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  • Doc Chat: John Conte, MD Arthritis Treatments

  • Doc Chat:
    John Conte, MD
     

    Arthritis Treatments


    John Conte, MD

    More about arthritis

    On July 18, visitors to www.Turnto10.com chatted online about arthritis treatments with from John Conte, MD, a rheumatologist at The Miriam Hospital and Rheumatology Associates in Providence. Below are excerpts from the chat.

    Moderator: Welcome to the NBC10 Chat. Dr. Conte will be taking your questions about arthritis treatments. Please note that Dr. Conte can give general medical advice only.

    Hazel: Good afternoon, Dr Conte.

    Melissa: Hi, Dr. Conte. Does glucosamine build/replace cartilage?

    Dr. Conte: In truth, glucosamine sulphate has not yet been demonstrated to actually replace lost cartilage. However, one long-term study, over 3 years, demonstrated a slowing of progression of osteoarthritis of the knees. The difference between placebo and glucosamine sulphate was one to two millimeters of retained cartilage.

    Hazel: You mentioned that hip pain and knee pain could be a form of arthritis. Could this pain have come out after playing softball for about 1 month but then it hasn't gone away after not playing for about 2 months. Even though I haven't played in a while? I wake up every morning with stiff knees. I also have tendonitis in my elbows and carpal tunnel.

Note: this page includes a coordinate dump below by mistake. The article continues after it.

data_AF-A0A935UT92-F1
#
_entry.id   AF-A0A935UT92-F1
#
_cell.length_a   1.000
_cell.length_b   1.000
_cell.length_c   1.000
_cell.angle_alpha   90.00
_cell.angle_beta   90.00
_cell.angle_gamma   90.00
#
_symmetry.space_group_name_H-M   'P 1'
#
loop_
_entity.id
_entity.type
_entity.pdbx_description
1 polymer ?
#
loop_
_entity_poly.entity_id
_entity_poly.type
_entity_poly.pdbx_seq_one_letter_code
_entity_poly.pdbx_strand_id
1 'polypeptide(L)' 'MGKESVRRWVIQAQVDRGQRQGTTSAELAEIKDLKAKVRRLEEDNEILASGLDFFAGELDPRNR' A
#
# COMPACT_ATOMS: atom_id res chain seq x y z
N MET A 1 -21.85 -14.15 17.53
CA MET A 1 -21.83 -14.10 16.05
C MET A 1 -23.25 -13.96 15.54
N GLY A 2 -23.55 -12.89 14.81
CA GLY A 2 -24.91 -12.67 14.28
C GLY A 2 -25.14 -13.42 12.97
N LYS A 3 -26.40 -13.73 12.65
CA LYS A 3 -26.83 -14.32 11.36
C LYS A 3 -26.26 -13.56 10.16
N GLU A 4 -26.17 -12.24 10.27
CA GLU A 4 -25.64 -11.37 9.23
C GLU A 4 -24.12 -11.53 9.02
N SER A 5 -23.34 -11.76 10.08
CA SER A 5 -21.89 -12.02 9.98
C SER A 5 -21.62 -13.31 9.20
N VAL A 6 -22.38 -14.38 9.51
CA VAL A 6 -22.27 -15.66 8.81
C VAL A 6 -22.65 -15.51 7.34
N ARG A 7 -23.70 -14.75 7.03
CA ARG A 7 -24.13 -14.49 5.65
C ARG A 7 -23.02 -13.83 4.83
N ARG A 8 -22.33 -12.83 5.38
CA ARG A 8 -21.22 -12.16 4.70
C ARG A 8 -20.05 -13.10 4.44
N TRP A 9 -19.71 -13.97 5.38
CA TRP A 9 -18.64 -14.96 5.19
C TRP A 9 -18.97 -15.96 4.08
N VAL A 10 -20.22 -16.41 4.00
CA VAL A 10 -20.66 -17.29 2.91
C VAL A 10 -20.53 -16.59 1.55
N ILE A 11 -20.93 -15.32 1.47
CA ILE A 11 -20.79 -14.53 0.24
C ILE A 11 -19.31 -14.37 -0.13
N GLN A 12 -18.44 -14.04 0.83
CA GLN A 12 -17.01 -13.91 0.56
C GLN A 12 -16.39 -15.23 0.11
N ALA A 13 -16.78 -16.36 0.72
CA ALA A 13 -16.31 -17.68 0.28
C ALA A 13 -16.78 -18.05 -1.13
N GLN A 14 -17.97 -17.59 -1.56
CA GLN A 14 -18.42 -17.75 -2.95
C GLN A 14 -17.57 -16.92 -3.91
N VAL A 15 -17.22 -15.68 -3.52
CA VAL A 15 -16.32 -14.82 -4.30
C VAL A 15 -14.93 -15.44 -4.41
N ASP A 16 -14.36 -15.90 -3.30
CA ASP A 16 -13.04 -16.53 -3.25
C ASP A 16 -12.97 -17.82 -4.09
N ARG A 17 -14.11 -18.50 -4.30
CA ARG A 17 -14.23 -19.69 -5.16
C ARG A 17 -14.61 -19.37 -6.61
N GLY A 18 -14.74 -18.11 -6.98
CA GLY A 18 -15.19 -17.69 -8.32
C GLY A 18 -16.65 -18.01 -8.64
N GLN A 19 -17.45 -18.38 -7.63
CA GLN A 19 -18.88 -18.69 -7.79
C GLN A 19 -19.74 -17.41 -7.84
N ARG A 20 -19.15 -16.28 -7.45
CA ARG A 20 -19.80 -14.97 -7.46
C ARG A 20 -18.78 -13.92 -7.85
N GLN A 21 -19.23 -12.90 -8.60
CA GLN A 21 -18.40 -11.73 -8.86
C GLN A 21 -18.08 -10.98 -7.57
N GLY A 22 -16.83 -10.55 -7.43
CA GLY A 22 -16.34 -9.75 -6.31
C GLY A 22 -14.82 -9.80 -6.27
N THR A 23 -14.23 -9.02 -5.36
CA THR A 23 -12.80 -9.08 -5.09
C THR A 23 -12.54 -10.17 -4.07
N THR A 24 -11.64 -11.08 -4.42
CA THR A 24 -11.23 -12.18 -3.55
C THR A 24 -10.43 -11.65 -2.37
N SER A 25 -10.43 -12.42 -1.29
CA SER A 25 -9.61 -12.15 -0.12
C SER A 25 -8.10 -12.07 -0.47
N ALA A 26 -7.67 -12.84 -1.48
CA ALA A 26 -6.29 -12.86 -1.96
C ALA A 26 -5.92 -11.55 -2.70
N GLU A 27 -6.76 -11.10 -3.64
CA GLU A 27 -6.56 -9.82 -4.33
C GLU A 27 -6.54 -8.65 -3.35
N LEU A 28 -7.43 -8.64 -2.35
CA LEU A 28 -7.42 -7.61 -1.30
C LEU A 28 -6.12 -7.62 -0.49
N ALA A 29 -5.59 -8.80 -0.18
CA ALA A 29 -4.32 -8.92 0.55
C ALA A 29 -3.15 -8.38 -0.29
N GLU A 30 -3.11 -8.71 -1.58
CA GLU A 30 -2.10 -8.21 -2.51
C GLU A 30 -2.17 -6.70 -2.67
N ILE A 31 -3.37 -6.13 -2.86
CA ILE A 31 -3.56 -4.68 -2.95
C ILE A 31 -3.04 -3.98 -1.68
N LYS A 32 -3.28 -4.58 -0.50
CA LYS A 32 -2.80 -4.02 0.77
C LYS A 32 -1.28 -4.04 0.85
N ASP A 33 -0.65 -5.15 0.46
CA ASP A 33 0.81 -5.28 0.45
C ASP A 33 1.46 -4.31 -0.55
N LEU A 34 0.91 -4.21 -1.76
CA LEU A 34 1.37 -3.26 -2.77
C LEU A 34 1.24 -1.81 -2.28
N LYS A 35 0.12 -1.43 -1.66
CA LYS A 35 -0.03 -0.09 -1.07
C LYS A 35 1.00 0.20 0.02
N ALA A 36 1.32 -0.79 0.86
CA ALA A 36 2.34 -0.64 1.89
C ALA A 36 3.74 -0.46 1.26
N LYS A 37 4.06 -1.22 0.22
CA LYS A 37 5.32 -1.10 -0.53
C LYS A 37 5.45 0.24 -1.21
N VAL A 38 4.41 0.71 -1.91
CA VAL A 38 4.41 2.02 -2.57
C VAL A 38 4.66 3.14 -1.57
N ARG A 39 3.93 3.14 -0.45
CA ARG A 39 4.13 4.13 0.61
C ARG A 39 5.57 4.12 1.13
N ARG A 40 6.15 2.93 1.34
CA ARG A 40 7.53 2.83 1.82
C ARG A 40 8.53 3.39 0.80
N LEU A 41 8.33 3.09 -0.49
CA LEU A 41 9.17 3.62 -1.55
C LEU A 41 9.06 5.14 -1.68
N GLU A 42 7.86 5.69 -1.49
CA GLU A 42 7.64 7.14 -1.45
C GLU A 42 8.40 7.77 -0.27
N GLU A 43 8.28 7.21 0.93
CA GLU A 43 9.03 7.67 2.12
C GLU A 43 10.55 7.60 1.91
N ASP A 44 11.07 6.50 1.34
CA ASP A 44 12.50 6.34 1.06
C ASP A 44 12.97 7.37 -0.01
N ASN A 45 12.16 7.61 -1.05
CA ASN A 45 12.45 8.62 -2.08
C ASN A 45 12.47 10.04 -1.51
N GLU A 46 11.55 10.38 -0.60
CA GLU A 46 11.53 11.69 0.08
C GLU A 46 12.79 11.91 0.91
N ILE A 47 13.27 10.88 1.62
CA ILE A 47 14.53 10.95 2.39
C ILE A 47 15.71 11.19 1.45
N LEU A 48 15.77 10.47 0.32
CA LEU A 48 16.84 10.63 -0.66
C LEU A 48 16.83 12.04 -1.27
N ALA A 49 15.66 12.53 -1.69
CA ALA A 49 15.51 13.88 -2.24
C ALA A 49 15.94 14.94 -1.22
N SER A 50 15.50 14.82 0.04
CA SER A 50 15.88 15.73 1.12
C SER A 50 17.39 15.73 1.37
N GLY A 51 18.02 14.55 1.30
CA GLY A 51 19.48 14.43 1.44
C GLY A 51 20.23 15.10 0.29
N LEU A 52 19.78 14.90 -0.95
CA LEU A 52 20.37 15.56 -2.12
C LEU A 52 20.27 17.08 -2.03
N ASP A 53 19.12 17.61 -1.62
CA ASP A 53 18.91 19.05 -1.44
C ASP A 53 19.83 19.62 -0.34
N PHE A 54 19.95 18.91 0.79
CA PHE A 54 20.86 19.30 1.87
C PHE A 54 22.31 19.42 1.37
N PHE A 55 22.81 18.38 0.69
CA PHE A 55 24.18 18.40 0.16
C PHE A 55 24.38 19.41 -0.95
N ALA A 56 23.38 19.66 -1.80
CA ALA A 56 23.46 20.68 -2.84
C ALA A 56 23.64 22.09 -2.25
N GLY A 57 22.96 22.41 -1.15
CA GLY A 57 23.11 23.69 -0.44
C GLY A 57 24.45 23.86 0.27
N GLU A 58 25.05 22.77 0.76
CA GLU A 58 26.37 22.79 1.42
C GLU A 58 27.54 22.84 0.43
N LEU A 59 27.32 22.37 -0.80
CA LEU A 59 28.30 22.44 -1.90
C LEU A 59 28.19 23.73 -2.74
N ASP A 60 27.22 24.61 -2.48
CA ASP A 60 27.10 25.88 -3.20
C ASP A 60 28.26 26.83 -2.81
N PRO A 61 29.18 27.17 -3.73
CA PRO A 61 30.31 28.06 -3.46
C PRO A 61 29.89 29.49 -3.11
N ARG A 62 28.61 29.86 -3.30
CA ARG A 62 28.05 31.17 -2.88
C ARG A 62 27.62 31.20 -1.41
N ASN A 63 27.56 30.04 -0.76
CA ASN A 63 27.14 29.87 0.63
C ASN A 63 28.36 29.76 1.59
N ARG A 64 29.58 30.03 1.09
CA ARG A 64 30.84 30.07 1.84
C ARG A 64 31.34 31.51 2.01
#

Dr. Conte: Persistent pain is always a concern and should be further investigated. The possibilities are sundry. Your pain could be related to your baseball enthusiasm, but other unrelated causes should also be considered. It may be a soft tissue injury such as bursitis or tendonitis of the hip or knee, or a cartilage injury. But, certainly a hands-on evaluation by an orthopedist or rheumatologist would likely be helpful.

    Melissa: What does glucosamine do? Does the pill that has glucosamine chronditin help osteoarthritis?

    Dr. Conte: Melissa, the mechanism of action is still under study. Most researchers do not believe it goes directly from our guts into the joint cartilage, but is rather involved somehow in the prevention of further cartilage loss.

    Teddy: Dr. Conte, I recently had an MRI of my spine for the placement of a morphine implant pump for chronic neuropathic pain in my right lower leg and foot. The doctor told me that my spine was full of arthritis. Although he said the pump will help the leg pain he does not think that it will help my arthritis. Also, I have been taking Celebrex for over a year and my weight will change 30 lbs. in a month. I have stopped taking Celebrex and within a month I lost 32 lbs. Any comments?

    Dr. Conte: Teddy, your problems are certainly complicated and not easily addressed fully in this format. A few thoughts, however.Celebrex may, as an aspirin-like drug, have general pain relieving properties helpful to either neuropathic or arthritis pain. One side effect in some patients however, may be the retention of water and salt, leading to weight gain.

    Dr. Conte: This is best addressed by your primary care physician. Another thought regarding treatment of chronic neuropathic pain is a medication called Neurontin, an anti-seizure medicine that has been found helpful in many cases of patients with chronic neuropathic pain such as yours.

    Melissa: Thank you very much for answering my questions, Dr. Conte!

    Hazel: Melissa, my cousin started taking it [glucosamine sulphate] and he has no cartilage left in his knee and he says he no longer has pain.

    mimi: Dr., I have had RA for 12 years. I take Plaquenil and am usually in good control. Should I try any new meds?